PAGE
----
Tapestry On The Green by Rosie Adamson Clark

A pencil line,
clear, bold straight,
across a clean sheet of paper,
that was the lay out of the village
green running rows,
once a year, a sports day,
The patchwork of ages and people
would come together,
community knitting,
purl, drop, back of the stitch,
as first the small children,
needling each other,
bobbed up and down in rough hewn
hessian sacks,
though some years the local
grain main would supply brown
paper ones, large enough for
the local Mill to fill with aromatic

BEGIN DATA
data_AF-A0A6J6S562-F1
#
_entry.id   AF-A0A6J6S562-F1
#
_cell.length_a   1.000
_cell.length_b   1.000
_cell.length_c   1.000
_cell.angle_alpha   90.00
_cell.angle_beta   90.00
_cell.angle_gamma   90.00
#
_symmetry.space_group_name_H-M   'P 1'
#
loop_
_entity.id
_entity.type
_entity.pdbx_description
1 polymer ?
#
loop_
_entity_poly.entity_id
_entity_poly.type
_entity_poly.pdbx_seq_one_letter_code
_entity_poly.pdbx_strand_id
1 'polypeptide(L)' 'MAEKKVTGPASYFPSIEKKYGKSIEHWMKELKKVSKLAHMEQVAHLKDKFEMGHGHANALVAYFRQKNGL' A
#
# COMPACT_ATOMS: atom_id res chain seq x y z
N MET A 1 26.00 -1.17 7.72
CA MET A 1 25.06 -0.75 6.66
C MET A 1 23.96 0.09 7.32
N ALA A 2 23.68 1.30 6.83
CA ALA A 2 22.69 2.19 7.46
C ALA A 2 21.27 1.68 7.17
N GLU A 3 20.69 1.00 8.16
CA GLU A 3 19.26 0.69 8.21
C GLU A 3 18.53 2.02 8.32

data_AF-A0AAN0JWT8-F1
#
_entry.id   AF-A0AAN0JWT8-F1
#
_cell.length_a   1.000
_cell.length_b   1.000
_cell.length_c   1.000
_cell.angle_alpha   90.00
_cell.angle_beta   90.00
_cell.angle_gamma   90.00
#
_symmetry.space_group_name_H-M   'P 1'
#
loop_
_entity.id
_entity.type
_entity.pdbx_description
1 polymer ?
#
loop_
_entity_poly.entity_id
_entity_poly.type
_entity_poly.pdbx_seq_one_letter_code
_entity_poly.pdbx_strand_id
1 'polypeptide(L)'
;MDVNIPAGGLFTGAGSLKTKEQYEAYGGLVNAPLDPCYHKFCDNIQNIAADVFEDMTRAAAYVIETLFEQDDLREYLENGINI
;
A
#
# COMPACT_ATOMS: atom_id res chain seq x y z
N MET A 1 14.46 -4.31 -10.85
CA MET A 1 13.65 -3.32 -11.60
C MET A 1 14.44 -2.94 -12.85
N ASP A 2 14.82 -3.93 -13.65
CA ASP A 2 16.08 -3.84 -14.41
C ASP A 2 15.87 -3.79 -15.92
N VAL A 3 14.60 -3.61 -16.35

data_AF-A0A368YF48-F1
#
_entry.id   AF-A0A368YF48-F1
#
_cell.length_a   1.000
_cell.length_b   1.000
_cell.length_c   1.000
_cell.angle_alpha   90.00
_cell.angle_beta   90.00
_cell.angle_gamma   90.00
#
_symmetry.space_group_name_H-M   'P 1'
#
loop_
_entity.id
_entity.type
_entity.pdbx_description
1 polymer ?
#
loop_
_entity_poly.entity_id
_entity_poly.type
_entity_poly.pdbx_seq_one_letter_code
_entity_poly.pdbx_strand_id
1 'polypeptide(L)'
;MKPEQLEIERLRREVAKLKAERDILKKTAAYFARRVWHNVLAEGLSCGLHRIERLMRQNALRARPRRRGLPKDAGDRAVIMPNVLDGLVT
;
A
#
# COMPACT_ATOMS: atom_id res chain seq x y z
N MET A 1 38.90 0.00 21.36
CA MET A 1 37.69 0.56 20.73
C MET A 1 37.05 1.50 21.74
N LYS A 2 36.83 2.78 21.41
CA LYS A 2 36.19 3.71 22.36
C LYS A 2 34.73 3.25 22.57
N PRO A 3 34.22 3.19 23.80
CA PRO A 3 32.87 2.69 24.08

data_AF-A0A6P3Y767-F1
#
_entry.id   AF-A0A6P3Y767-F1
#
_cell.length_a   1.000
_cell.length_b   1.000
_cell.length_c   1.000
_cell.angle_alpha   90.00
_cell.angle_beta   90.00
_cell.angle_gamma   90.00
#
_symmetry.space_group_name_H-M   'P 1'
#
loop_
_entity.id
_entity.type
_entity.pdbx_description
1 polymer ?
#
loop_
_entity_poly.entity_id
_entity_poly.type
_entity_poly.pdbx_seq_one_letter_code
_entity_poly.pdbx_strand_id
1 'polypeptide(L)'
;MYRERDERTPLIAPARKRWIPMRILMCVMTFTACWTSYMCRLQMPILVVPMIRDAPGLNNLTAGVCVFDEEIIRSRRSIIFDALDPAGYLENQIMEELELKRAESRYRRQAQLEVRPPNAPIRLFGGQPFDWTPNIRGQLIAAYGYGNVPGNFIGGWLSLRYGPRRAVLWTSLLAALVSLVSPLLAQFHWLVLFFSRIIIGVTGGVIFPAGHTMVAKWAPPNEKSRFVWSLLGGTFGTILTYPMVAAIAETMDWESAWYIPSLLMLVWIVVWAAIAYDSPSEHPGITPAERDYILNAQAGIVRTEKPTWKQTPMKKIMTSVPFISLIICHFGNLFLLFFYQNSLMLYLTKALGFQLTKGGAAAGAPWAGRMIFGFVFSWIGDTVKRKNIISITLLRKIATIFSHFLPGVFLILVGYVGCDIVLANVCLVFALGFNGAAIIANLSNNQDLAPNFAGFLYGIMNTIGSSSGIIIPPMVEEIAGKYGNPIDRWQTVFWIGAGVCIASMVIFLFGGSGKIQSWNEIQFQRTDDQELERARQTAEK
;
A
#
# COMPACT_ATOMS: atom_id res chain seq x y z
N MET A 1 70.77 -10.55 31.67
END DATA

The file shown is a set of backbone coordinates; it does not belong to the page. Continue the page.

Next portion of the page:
white flour,
Then  eggs on spoons,
weaving in and out of the track,
fallen bodies and tears,
as cracked shells did not bounce,
back of the queue for the parents race,
my Mother, always my Mother,
would tie her skirt up in a side knot and dash,
weaving forward, in and out of the edges,
ragged threads of determination,
plimsolls leaving white trails on the grass,
as red faced, small round Ma
would collapse at the end,
doubled up with a stitch in her side.